Edolph A. Larson and Truman E. Anderson, Sr. Chair of Chemistry
Established in 1988, this chair in chemistry was made possible with estate gifts from two friends of the college who shared a life-long career in chemistry. Edolph A. Larson ’14, a member of the St. Olaf Band under F. M. Christiansen and a generous contributor to several St. Olaf funds, a taught chemistry at Joliet Junior College in Illinois. Truman E. Anderson, an active Lutheran layman and member of the St. Olaf Board of Regents from 1962 to 1972, was a pioneer in developing ethical standards for the oil and gas industry. Previous holders of this chair are Wesley A. Pearson ’54, Gary O. Spessard and Dr. Gary Miessler.
Robert Hanson received the BS from the California Institute of Technology in 1979 and the PhD from Columbia University in 1984. After a postdoctoral fellowship at the Massachusetts Institute of Technology, he joined the St. Olaf College Department of Chemistry in 1986. He was promoted to the rank of Full Professor in 2003.
Over a highly productive research career, he has received many grants and awards, including from the National Science Foundation, the National Institutes of Health, the Research Corporation, the American Chemical Society, DuPont, Eli Lilly, the W.M. Keck Foundation, as well as St. Olaf’s own Magnus the Good grant. His contributions to the life of the college include serving twice on the Curriculum Committee and as Alumni Liaison.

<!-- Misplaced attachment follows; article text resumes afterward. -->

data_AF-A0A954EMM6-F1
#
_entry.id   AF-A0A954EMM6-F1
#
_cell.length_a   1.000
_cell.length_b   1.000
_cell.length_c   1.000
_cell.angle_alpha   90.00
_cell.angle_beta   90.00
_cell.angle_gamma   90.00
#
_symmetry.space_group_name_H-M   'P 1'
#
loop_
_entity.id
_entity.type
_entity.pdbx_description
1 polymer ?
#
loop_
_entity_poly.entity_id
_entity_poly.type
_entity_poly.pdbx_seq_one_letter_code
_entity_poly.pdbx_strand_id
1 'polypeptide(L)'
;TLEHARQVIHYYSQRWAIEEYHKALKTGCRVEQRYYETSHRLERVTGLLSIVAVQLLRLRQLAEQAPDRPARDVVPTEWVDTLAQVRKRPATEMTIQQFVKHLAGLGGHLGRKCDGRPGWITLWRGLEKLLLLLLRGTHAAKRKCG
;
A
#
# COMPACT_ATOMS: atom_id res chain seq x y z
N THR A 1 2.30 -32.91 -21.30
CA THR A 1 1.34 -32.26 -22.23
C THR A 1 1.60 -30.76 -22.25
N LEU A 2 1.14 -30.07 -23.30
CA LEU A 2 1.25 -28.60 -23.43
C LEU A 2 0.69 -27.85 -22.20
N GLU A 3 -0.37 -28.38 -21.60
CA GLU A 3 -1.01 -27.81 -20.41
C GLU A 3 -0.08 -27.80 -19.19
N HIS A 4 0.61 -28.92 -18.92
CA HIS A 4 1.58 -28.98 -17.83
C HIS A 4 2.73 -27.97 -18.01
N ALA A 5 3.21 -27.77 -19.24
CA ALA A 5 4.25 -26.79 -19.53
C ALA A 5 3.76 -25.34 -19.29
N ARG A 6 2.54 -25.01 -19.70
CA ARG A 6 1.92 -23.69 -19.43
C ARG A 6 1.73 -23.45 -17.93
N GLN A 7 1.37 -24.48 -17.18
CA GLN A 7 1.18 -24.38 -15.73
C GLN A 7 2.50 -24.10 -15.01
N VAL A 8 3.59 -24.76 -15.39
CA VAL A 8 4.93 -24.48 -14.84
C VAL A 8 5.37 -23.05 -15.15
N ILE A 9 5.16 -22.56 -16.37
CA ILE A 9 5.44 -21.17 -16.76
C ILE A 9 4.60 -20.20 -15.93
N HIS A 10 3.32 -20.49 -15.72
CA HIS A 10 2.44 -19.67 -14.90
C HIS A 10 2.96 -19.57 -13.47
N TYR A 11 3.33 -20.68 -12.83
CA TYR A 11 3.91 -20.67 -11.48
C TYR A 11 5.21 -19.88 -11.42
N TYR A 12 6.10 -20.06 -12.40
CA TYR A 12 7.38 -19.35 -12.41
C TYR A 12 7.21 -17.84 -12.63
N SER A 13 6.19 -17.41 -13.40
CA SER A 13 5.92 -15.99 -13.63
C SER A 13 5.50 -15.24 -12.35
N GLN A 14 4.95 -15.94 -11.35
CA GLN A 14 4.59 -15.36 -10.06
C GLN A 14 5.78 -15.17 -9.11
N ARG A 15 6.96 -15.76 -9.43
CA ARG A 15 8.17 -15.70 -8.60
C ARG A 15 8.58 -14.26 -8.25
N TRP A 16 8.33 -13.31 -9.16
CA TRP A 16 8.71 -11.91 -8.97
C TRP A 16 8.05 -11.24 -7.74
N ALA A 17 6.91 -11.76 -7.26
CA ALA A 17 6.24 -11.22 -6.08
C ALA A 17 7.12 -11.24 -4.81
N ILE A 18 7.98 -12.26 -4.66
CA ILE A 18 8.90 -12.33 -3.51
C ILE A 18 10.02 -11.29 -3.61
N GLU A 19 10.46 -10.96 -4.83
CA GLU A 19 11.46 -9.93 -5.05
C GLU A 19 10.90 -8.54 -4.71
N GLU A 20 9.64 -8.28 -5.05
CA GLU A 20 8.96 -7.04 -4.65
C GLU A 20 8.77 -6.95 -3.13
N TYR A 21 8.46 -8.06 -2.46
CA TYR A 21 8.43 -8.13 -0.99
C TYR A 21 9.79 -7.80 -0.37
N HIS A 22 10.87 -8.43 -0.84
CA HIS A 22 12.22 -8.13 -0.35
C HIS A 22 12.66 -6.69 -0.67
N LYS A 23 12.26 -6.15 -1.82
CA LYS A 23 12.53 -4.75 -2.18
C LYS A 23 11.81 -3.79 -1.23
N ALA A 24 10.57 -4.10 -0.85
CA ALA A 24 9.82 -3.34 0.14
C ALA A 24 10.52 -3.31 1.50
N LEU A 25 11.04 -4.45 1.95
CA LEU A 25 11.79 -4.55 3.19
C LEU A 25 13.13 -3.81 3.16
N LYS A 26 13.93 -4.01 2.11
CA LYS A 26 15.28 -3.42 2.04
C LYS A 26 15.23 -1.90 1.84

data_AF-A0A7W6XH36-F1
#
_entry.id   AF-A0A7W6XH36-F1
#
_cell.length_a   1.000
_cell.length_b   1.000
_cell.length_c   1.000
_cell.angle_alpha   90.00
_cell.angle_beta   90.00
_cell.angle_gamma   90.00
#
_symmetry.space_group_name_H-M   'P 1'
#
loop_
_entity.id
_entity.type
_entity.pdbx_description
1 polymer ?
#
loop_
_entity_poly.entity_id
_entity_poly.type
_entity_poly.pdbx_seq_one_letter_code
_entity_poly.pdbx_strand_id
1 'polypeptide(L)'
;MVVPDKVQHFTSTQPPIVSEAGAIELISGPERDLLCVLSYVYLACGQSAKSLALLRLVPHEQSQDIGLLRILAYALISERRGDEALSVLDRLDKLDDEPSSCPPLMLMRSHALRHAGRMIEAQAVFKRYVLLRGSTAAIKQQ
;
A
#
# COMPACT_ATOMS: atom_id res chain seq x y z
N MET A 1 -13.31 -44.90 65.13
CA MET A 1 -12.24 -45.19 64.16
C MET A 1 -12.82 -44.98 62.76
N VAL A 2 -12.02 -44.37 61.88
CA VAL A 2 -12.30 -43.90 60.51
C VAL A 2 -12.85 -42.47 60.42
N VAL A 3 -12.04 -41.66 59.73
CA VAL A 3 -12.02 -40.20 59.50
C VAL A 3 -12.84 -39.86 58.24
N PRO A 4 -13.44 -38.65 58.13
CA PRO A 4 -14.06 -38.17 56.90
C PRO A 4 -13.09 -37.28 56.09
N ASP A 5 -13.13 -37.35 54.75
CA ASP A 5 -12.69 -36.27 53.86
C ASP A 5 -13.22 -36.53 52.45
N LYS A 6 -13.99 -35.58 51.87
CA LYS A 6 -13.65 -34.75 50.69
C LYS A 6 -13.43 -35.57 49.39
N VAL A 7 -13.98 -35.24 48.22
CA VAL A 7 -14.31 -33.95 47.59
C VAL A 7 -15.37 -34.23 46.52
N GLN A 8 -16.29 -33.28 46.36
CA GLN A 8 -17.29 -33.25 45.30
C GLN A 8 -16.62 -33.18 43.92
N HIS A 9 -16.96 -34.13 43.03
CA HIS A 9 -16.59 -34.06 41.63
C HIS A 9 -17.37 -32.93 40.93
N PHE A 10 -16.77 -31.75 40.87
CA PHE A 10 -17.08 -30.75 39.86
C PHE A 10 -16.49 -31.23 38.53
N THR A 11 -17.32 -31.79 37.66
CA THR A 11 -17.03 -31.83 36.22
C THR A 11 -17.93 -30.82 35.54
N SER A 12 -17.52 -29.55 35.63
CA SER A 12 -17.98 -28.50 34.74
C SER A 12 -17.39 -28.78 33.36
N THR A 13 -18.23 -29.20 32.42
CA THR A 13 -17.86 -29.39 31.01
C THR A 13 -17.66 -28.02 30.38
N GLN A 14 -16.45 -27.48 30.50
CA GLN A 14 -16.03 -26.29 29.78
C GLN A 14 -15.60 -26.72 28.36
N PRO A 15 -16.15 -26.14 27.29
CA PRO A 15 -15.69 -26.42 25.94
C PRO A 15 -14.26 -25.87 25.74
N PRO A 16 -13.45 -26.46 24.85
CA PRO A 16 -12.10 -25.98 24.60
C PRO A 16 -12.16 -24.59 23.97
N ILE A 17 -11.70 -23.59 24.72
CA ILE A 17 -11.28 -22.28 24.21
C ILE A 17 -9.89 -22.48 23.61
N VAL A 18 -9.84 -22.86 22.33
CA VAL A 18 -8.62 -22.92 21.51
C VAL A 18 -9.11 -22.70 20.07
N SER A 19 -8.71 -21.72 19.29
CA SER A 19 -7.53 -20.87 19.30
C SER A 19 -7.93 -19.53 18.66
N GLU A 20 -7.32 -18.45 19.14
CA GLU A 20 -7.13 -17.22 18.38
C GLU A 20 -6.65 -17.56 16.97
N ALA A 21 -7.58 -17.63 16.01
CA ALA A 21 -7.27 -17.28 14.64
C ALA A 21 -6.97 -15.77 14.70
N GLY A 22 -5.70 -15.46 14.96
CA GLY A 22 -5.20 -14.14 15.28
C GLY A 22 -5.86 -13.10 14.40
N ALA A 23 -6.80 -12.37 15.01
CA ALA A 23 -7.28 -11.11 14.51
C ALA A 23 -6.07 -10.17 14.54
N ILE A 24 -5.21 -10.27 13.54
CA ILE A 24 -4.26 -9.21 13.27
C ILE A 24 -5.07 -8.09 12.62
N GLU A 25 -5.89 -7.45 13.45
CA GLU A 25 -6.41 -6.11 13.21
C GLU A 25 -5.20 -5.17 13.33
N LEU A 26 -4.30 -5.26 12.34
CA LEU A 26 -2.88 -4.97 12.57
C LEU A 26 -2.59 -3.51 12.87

He writes, “I’m very interested in the process by which beginning students learn chemistry. One of my innovations is ‘Data-Driven Chemistry,’ which I use when teaching our interim course, Chemistry 123, Atomic and Molecular Structure. The data-driven method is based on the idea that science is fundamentally data-oriented. As applied to introductory chemistry, the idea is to present students with sets of information (“data”) and get them, working in groups, to build clear, concise models of atomic and molecular structure strictly from the data presented. . . . The goal of data-driven chemistry, then, is to encourage students to build their own personal model of chemical structure based on real data.”